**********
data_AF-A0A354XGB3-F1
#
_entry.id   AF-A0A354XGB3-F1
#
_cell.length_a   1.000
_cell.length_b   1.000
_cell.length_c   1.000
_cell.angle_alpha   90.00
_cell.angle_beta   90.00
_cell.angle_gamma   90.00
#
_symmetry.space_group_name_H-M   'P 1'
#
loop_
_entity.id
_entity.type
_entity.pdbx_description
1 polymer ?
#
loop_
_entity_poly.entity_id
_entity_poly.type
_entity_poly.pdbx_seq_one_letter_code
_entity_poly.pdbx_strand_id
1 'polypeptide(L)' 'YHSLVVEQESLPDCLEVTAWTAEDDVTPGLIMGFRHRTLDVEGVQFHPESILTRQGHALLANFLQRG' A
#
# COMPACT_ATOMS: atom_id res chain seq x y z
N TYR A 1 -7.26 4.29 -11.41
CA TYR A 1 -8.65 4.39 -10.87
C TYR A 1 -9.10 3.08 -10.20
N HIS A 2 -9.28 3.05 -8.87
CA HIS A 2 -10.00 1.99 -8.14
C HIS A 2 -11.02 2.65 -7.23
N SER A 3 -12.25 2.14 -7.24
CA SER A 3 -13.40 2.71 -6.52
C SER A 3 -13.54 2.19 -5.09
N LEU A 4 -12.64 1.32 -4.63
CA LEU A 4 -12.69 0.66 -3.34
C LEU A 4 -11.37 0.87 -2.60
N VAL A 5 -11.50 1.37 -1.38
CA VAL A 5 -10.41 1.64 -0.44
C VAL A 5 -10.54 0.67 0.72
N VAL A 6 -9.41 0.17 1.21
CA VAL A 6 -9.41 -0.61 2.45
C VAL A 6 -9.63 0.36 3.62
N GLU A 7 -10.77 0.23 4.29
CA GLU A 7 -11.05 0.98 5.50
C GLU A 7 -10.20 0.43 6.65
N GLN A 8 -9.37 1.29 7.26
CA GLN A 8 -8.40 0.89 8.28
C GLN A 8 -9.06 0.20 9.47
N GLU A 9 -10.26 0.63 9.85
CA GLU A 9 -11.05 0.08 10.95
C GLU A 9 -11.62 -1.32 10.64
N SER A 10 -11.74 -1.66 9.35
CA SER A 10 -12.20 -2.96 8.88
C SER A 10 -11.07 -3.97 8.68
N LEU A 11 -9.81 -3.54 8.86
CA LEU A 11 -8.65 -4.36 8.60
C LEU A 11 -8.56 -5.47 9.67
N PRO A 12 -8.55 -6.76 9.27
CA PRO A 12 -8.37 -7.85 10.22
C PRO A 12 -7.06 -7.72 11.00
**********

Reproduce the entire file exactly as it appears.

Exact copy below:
data_AF-A0A354XGB3-F1
#
_entry.id   AF-A0A354XGB3-F1
#
_cell.length_a   1.000
_cell.length_b   1.000
_cell.length_c   1.000
_cell.angle_alpha   90.00
_cell.angle_beta   90.00
_cell.angle_gamma   90.00
#
_symmetry.space_group_name_H-M   'P 1'
#
loop_
_entity.id
_entity.type
_entity.pdbx_description
1 polymer ?
#
loop_
_entity_poly.entity_id
_entity_poly.type
_entity_poly.pdbx_seq_one_letter_code
_entity_poly.pdbx_strand_id
1 'polypeptide(L)' 'YHSLVVEQESLPDCLEVTAWTAEDDVTPGLIMGFRHRTLDVEGVQFHPESILTRQGHALLANFLQRG' A
#
# COMPACT_ATOMS: atom_id res chain seq x y z
N TYR A 1 -7.26 4.29 -11.41
CA TYR A 1 -8.65 4.39 -10.87
C TYR A 1 -9.10 3.08 -10.20
N HIS A 2 -9.28 3.05 -8.87
CA HIS A 2 -10.00 1.99 -8.14
C HIS A 2 -11.02 2.65 -7.23
N SER A 3 -12.25 2.14 -7.24
CA SER A 3 -13.40 2.71 -6.52
C SER A 3 -13.54 2.19 -5.09
N LEU A 4 -12.64 1.32 -4.63
CA LEU A 4 -12.69 0.66 -3.34
C LEU A 4 -11.37 0.87 -2.60
N VAL A 5 -11.50 1.37 -1.38
CA VAL A 5 -10.41 1.64 -0.44
C VAL A 5 -10.54 0.67 0.72
N VAL A 6 -9.41 0.17 1.21
CA VAL A 6 -9.41 -0.61 2.45
C VAL A 6 -9.63 0.36 3.62
N GLU A 7 -10.77 0.23 4.29
CA GLU A 7 -11.05 0.98 5.50
C GLU A 7 -10.20 0.43 6.65
N GLN A 8 -9.37 1.29 7.26
CA GLN A 8 -8.40 0.89 8.28
C GLN A 8 -9.06 0.20 9.47
N GLU A 9 -10.26 0.63 9.85
CA GLU A 9 -11.05 0.08 10.95
C GLU A 9 -11.62 -1.32 10.64
N SER A 10 -11.74 -1.66 9.35
CA SER A 10 -12.20 -2.96 8.88
C SER A 10 -11.07 -3.97 8.68
N LEU A 11 -9.81 -3.54 8.86
CA LEU A 11 -8.65 -4.36 8.60
C LEU A 11 -8.56 -5.47 9.67
N PRO A 12 -8.55 -6.76 9.27
CA PRO A 12 -8.37 -7.85 10.22
C PRO A 12 -7.06 -7.72 11.00